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Hoping to finally tackle the backdrop soon. I think I have found a really convincing way to use foam and create the look of distant tree covered mountains. (Pics to follow while underway)

My problem is figuring out what height to set as the horizon line.

Are there any "do's" or "don'ts" for setting up distant hills / mountains? Any suggestions for number of "layers"?
Is there a height that is too high?
Any tips or resources to point to?

Thanks,
~Kingred
 

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just depends a lot on the backdrop height and what is the height on the outside (backside edge of layout) Photos would help really.
 

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There was an article I read in Model railroader recently, not sure if it was a back issue. but one thing the author did was to take the color of the ground where it met the back drop and paint that up about a half inch onto the backdrop itself. It hid the line where they joined.

As far as the horizon, it depends on how much ground you are going to show in your backdrop, the further out your image, the higher your horizon should be. Its easier to do a distant horizon and keep it simple. This would mean setting it a bit higher. however the issue with a distant horizon comes up later when you try to scenic and "blend" it in and have no real middle ground, which creates the need to cover it with buildings and foliage.

Of course, not sure all of that helps...It still does not give you a measurement. I like to keep the horizon low enough (a few inches) that I can cover some of it with the buildings & trees etc.

Craig
 

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There was an article I read in Model railroader recently, not sure if it was a back issue. but one thing the author did was to take the color of the ground where it met the back drop and paint that up about a half inch onto the backdrop itself. It hid the line where they joined.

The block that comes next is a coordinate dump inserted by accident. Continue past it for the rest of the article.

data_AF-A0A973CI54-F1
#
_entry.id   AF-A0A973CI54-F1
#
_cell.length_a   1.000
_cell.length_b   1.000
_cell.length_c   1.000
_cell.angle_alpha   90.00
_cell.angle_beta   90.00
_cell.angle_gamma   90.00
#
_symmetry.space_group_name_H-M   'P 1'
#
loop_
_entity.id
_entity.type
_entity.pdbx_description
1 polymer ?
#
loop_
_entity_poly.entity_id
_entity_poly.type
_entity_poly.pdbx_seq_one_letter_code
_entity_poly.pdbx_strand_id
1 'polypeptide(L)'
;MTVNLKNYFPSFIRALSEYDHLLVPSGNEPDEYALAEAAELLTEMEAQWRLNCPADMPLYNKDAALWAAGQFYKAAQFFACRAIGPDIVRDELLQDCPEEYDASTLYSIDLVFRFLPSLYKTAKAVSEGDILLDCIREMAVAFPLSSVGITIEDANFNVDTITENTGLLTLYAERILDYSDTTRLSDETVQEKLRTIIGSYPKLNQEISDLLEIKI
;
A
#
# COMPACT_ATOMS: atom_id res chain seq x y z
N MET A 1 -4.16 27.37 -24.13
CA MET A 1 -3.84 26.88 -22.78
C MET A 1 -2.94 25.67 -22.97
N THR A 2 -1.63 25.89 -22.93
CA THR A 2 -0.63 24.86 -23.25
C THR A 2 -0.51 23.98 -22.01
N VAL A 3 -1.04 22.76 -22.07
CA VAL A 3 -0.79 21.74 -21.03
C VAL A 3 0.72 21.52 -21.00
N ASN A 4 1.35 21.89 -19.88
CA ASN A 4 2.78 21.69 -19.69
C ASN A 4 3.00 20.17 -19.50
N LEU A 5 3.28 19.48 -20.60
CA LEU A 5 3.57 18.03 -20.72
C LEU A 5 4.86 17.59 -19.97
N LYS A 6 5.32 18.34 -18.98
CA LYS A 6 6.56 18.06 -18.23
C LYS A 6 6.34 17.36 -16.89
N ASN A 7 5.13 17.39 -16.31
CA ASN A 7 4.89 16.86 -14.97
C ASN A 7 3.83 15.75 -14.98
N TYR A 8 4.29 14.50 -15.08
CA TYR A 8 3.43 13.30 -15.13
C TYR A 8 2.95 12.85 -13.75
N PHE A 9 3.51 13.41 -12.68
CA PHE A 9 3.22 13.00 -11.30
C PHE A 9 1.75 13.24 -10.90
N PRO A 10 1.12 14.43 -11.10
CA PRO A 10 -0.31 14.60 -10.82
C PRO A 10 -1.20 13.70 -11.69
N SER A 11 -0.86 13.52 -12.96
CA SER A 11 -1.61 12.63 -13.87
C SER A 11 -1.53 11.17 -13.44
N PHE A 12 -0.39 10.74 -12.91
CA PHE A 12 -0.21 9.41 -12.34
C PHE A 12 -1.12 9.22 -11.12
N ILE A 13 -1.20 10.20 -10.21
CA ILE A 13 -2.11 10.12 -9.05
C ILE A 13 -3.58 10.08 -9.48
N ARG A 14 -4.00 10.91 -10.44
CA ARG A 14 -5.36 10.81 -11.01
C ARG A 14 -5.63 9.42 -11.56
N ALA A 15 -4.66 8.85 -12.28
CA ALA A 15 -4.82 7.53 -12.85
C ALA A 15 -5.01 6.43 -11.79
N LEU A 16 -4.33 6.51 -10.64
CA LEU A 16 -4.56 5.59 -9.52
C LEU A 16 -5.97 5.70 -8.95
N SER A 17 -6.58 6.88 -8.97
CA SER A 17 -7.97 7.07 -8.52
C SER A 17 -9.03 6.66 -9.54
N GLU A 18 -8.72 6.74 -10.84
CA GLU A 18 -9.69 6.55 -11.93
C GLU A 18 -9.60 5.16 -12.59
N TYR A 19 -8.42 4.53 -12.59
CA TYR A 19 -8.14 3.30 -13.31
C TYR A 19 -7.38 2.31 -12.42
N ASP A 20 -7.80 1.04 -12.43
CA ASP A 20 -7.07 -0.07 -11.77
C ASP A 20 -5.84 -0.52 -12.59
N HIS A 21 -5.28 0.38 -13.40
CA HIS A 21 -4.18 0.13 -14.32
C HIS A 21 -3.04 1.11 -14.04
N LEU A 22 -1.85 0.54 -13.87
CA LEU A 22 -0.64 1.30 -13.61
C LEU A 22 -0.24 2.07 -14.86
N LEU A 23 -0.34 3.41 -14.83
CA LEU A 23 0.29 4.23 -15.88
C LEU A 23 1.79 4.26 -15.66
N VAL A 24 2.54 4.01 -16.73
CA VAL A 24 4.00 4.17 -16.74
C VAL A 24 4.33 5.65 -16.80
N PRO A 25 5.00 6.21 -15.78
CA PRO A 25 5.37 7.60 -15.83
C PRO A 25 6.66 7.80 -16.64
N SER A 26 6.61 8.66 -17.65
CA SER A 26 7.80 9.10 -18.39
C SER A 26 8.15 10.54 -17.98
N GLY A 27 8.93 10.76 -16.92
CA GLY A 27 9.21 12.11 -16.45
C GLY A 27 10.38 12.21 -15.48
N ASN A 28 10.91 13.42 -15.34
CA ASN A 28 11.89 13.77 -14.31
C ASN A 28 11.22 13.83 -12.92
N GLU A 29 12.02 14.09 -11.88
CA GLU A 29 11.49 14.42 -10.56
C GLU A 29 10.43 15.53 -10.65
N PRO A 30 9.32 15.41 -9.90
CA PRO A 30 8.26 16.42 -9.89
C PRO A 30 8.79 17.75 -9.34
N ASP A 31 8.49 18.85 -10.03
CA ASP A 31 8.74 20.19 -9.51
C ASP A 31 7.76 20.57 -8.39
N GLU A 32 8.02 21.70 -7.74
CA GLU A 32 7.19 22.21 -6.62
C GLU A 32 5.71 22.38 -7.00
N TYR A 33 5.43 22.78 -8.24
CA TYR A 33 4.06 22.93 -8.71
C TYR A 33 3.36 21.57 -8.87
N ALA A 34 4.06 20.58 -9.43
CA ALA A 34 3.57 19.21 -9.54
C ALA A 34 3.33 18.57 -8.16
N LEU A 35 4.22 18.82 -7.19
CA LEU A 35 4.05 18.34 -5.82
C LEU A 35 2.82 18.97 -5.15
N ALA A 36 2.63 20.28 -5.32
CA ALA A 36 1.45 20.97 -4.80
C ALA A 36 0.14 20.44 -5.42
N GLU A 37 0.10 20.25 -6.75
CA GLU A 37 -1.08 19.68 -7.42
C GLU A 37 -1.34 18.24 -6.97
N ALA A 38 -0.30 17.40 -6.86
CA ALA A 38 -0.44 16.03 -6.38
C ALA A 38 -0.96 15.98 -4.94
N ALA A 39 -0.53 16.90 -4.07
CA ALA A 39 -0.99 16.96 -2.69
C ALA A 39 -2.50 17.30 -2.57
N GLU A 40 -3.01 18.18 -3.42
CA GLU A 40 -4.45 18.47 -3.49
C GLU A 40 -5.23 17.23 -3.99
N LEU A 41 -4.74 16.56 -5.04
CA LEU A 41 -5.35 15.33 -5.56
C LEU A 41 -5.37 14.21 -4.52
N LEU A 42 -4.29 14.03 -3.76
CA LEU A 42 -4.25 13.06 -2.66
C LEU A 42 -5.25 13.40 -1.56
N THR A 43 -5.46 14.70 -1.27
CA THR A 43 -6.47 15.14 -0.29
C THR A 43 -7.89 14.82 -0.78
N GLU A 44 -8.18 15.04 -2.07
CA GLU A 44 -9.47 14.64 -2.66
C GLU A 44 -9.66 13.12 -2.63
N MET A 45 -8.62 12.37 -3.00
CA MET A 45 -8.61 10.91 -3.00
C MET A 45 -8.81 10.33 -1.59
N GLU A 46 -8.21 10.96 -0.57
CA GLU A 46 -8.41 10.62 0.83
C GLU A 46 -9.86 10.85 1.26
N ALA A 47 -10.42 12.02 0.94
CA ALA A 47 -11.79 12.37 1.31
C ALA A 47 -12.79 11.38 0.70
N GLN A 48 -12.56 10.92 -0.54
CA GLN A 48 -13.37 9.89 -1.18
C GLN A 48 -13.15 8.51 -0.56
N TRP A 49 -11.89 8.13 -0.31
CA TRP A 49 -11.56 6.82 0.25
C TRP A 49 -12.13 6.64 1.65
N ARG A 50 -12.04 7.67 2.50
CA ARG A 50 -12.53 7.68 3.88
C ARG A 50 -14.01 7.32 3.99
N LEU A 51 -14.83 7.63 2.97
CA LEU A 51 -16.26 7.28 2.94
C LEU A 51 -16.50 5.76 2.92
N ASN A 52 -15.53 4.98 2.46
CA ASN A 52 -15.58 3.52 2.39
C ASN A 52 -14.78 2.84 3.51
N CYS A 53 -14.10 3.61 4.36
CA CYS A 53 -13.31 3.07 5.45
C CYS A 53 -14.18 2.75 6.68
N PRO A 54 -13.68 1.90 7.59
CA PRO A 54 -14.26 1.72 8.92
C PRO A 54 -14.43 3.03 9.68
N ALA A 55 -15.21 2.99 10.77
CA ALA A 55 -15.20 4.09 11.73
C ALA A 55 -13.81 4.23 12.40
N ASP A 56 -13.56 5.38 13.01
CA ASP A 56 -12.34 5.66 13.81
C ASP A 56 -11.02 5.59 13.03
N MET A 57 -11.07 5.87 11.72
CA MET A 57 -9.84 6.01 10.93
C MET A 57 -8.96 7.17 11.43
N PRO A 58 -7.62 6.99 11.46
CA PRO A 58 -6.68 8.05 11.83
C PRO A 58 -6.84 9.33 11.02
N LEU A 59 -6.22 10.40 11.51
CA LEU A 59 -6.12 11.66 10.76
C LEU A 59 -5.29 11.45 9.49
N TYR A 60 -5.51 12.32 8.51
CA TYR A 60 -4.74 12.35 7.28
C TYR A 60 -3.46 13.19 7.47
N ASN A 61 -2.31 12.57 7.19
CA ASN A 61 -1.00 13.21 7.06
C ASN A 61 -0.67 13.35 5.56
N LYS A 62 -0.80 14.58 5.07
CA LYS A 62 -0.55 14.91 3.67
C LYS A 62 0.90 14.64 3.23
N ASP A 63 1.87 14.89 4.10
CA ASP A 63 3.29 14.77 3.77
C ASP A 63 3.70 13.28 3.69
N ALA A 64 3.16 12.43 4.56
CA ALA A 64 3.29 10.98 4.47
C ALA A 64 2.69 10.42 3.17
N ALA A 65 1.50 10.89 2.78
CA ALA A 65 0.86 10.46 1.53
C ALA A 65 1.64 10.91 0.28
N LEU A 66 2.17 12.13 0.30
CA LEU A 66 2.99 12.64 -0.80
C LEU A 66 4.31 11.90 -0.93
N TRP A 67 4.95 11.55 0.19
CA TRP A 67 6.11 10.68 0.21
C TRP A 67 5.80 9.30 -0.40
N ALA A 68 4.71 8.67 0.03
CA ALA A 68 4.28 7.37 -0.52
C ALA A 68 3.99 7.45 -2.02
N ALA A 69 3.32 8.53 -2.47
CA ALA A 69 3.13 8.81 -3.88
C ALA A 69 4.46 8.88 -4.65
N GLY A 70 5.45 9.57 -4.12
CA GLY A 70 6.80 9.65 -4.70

As far as the horizon, it depends on how much ground you are going to show in your backdrop, the further out your image, the higher your horizon should be. Its easier to do a distant horizon and keep it simple. This would mean setting it a bit higher. however the issue with a distant horizon comes up later when you try to scenic and "blend" it in and have no real middle ground, which creates the need to cover it with buildings and foliage.

Of course, not sure all of that helps...It still does not give you a measurement. I like to keep the horizon low enough (a few inches) that I can cover some of it with the buildings & trees etc.

Craig
Yeah I believe it was the July issue of MR and that was for panoramic horizon/background and a great section in the Jan. issue for scenery techniques related to The MR stafs MR&T layout with tree lined horizon. If you go to MR web page and punch up some info you'll get a hit. I just like saving and paging through these mags. Check out Model Railroad Hobbiest on line mag..they have some cool stuff in there as well. Post some pics and good luck!
 
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